Jul 24, 2009

Speak by Laurie Halse Anderson

Speak by Laurie Halse Anderson

I know my head isn’t screwed on straight. I wan to leave, transfer, warp myself to another galaxy. I want to confess everything, hand over the guilt and mistake and anger to someone else. There is a beast in my gut, I can hear it scraping away at the inside of my ribs. Even if I dumb the memory, it will stay with me, staining me. My closet is a good thing, a quiet place that helps me hold these thoughts inside my head where no one can hear them.
Melinda Sordino has just started highschool. Because at the end of the summer she called the police during a party, none of her old friends will speak to her, and even people she doesn’t know treat her with hostility. As an outsider, Melinda watches and comments on all the highschool social rites from afar. But her loneliness isn’t the only problem. Melinda barely ever speaks, and the reason is something that happened at that party, something she’s doing her best to forget.

What can I say about Speak that hasn’t been said before? Probably nothing, I’m afraid. Yes, it is as good as you’ve all been telling me for years. Also: I know that even when I feel like I’m the last person on the planet to read a book, that's never really actually the case. So, a warning - I knew what had happened to Melinda all along, and until I read Shanra’s review, I wasn’t even aware that it was only revealed late in the book. I think it’s pretty easy to figure out from the moment Melinda mentions being terrified of “IT”, and I don’t think knowing all along ruins the reading experience. But of course there's a difference between guessing and knowing for sure, so consider this a spoilers warning just in case.

I knew Speak was dark, and that it dealt with a difficult topic. What I wasn’t expecting was that it managed to be so funny regardless. I absolutely loved Melinda’s sarcasm. Actually, I just loved her, period. Even though she remains detached from herself for most of the book, I felt really close to her.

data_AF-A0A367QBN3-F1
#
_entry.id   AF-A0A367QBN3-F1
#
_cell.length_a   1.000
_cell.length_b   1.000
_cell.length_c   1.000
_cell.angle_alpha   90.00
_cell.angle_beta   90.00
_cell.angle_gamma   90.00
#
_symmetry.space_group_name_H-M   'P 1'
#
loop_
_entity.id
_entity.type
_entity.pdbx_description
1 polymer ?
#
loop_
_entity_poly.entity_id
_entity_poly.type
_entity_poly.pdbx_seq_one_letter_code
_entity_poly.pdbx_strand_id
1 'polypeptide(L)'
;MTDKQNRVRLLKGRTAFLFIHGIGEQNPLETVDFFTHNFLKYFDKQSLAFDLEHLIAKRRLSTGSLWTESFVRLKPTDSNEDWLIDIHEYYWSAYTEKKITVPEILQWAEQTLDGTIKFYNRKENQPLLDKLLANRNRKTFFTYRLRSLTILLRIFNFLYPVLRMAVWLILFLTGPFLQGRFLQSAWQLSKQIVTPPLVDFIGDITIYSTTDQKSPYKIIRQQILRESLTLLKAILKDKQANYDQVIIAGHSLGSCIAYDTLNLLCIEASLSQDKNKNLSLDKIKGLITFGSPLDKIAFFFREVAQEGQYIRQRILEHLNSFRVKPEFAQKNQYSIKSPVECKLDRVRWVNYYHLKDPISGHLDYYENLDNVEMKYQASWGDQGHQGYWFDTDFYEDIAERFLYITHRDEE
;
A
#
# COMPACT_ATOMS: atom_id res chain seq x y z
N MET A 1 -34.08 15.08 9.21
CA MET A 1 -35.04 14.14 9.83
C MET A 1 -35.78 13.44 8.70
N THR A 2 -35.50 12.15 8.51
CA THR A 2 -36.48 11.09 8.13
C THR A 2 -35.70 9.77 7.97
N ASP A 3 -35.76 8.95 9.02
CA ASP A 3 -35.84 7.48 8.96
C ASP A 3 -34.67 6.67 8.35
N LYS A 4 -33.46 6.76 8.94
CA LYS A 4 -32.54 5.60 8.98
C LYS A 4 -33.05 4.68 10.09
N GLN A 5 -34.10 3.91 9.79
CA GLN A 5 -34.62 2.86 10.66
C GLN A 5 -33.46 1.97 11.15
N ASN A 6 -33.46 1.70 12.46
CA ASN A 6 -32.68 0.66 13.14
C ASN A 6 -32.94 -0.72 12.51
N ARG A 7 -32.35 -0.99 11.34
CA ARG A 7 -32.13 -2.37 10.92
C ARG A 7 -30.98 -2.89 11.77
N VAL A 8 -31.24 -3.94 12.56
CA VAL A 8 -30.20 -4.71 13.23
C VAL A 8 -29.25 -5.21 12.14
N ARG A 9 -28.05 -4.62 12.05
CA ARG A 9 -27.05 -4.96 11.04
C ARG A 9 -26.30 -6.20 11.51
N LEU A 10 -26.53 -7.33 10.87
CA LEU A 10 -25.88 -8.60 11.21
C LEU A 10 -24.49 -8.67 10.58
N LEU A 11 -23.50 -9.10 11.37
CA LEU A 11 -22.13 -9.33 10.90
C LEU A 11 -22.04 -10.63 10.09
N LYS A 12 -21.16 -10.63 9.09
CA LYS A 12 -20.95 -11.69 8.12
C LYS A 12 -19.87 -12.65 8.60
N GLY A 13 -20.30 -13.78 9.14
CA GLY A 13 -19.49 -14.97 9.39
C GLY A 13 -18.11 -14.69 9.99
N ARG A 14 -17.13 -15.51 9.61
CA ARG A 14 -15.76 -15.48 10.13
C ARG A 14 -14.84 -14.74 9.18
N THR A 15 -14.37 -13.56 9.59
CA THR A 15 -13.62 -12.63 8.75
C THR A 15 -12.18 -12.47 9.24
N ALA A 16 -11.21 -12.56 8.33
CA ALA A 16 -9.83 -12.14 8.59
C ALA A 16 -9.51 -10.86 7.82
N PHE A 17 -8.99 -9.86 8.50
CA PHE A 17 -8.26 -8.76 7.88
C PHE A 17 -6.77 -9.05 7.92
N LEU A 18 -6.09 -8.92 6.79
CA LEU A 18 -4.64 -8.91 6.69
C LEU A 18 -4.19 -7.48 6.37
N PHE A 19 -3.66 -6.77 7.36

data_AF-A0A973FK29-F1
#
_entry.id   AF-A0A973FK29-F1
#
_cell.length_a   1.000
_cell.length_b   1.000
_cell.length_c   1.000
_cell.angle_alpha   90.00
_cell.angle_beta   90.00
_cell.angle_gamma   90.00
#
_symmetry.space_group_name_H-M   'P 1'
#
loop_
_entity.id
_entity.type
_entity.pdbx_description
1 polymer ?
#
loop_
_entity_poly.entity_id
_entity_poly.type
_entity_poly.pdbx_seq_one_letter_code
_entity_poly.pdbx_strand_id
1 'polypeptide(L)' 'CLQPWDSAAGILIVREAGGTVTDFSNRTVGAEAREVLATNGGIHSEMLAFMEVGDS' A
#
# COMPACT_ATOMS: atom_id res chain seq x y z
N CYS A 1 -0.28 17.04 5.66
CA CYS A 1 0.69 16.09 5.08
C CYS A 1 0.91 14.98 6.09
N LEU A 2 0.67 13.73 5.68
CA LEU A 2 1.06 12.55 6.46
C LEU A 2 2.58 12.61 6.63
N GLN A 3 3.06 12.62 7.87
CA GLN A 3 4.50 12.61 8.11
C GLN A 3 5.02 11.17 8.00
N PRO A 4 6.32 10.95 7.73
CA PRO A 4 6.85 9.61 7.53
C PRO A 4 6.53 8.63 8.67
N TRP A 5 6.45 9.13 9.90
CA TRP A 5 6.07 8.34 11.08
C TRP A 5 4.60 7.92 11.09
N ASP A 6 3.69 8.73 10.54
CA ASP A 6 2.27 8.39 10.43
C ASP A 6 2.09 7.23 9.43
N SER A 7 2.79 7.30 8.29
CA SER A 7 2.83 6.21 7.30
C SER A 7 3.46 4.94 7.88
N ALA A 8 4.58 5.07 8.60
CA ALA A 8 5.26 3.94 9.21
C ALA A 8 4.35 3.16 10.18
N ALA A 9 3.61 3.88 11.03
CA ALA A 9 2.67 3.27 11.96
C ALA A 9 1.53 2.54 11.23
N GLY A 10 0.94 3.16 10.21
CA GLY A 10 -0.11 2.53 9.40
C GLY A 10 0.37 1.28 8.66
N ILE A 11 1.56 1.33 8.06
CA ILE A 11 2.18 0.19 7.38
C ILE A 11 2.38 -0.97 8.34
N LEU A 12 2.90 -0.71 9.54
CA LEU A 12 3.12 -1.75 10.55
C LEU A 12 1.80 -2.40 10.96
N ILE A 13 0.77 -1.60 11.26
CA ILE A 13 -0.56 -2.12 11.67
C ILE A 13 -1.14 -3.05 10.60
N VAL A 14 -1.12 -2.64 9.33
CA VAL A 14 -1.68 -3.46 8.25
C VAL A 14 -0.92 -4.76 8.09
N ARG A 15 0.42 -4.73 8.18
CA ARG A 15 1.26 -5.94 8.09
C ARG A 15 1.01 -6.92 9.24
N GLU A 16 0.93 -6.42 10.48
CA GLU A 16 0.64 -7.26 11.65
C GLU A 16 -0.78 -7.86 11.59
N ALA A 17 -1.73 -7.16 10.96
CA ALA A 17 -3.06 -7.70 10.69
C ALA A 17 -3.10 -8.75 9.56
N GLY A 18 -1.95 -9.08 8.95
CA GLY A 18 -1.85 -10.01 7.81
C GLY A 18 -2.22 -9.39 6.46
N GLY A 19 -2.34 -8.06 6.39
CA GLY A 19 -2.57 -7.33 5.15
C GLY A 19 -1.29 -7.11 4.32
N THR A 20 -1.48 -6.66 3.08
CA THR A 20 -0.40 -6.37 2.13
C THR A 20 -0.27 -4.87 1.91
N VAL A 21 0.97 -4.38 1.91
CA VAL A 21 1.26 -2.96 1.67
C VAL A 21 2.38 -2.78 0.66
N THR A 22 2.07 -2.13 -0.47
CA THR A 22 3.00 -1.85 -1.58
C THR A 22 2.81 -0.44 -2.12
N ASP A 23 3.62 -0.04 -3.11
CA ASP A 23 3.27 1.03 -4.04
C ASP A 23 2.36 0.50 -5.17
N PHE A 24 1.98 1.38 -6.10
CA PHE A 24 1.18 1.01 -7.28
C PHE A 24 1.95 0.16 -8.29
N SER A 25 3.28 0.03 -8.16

What saddened me the most about Melinda’s story is that I can understand why she chose to remain silent about what happened to her. Not that I think she should have remained silent, of course. But her fear that she would be blamed, that no one would believe her, is not ungrounded. It’s what happens to countless girls who are sexually abused.

The main reason why she’s so afraid, why she’s even unsure if what happened to her “qualifies” as rape, is because her story doesn’t match the stranger-jumping-from-behind-the-bushes scenario our culture likes to disseminate, and which so many people believe to be the only “real” form of rape. But rape is rape, period. There are several studies that show that in most cases, the victim knows the aggressor, and yet this myth is still around. It doesn’t matter if the victim voluntarily goes somewhere with the aggressor. It doesn’t matter if they were making out. It is rape. You’d think this would go without saying, but it doesn’t. It really doesn’t.

Fortunately, Melinda realizes this over time. It takes her almost a year, but she stops feeling dirty and ashamed, she stops blaming herself, and she finds her own voice again. The ending was absolutely perfect: it ends with Melinda talking with her art teacher, and…well, I don’t want to tell you everything, but it reinforces another one of the book’s main themes: how art helps us cope even with the most dreadful things.

I’m glad Speak is so popular, and I hope it continues to be for many decades. It’s an important book.

Other Opinions:
Libri Touches
Katrina’s Reads
Bermudaonion’s Weblog
The Bluestocking Society
Book Nut
Rhinoa’s Ramblings
Mari Reads
the hidden side of a leaf
Leafing Through Life
Gimme More Books!
Book Addiction
Maw Books
Stephanie’s Confessions of a Book-a-holic
Becky’s Book Reviews
DogEar Diary
Blogging ‘bout Books
At Home With Books
The Zen Leaf
My Year of Reading Seriously
All About {n}
It's All About Books
The Joy of Reading
The Sleepy Reader
What I feel about...

(I’m sure I must have missed a ton…please let me know if yours is one of them!)